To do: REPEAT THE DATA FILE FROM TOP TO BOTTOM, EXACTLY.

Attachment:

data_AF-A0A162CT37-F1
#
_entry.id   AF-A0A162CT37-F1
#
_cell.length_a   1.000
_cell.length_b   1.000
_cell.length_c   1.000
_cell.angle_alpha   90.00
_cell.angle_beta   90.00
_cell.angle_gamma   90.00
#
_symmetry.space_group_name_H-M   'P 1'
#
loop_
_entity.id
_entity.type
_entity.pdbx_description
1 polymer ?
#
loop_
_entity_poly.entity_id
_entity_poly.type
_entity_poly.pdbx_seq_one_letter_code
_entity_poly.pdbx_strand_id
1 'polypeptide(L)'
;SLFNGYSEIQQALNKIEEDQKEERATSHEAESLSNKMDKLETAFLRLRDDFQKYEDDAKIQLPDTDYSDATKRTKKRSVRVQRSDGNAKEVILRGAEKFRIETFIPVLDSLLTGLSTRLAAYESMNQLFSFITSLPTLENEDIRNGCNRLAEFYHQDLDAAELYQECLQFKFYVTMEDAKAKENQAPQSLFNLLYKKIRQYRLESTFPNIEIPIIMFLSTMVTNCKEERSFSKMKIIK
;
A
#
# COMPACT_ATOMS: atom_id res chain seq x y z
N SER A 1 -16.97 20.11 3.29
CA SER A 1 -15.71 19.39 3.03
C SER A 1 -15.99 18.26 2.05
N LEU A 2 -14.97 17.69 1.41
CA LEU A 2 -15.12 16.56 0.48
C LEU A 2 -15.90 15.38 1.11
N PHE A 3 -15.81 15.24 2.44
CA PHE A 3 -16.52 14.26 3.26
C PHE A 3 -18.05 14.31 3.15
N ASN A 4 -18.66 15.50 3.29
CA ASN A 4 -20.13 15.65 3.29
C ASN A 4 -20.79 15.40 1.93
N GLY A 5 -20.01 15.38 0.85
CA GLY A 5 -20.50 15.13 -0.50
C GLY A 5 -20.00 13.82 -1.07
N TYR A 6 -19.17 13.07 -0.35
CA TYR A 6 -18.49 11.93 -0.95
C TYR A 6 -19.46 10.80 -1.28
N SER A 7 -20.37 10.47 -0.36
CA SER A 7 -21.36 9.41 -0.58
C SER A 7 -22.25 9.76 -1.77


data_AF-A0A162CT37-F1
#
_entry.id   AF-A0A162CT37-F1
#
_cell.length_a   1.000
_cell.length_b   1.000
_cell.length_c   1.000
_cell.angle_alpha   90.00
_cell.angle_beta   90.00
_cell.angle_gamma   90.00
#
_symmetry.space_group_name_H-M   'P 1'
#
loop_
_entity.id
_entity.type
_entity.pdbx_description
1 polymer ?
#
loop_
_entity_poly.entity_id
_entity_poly.type
_entity_poly.pdbx_seq_one_letter_code
_entity_poly.pdbx_strand_id
1 'polypeptide(L)'
;SLFNGYSEIQQALNKIEEDQKEERATSHEAESLSNKMDKLETAFLRLRDDFQKYEDDAKIQLPDTDYSDATKRTKKRSVRVQRSDGNAKEVILRGAEKFRIETFIPVLDSLLTGLSTRLAAYESMNQLFSFITSLPTLENEDIRNGCNRLAEFYHQDLDAAELYQECLQFKFYVTMEDAKAKENQAPQSLFNLLYKKIRQYRLESTFPNIEIPIIMFLSTMVTNCKEERSFSKMKIIK
;
A
#
# COMPACT_ATOMS: atom_id res chain seq x y z
N SER A 1 -16.97 20.11 3.29
CA SER A 1 -15.71 19.39 3.03
C SER A 1 -15.99 18.26 2.05
N LEU A 2 -14.97 17.69 1.41
CA LEU A 2 -15.12 16.56 0.48
C LEU A 2 -15.90 15.38 1.11
N PHE A 3 -15.81 15.24 2.44
CA PHE A 3 -16.52 14.26 3.26
C PHE A 3 -18.05 14.31 3.15
N ASN A 4 -18.66 15.50 3.29
CA ASN A 4 -20.13 15.65 3.29
C ASN A 4 -20.79 15.40 1.93
N GLY A 5 -20.01 15.38 0.85
CA GLY A 5 -20.50 15.13 -0.50
C GLY A 5 -20.00 13.82 -1.07
N TYR A 6 -19.17 13.07 -0.35
CA TYR A 6 -18.49 11.93 -0.95
C TYR A 6 -19.46 10.80 -1.28
N SER A 7 -20.37 10.47 -0.36
CA SER A 7 -21.36 9.41 -0.58
C SER A 7 -22.25 9.76 -1.77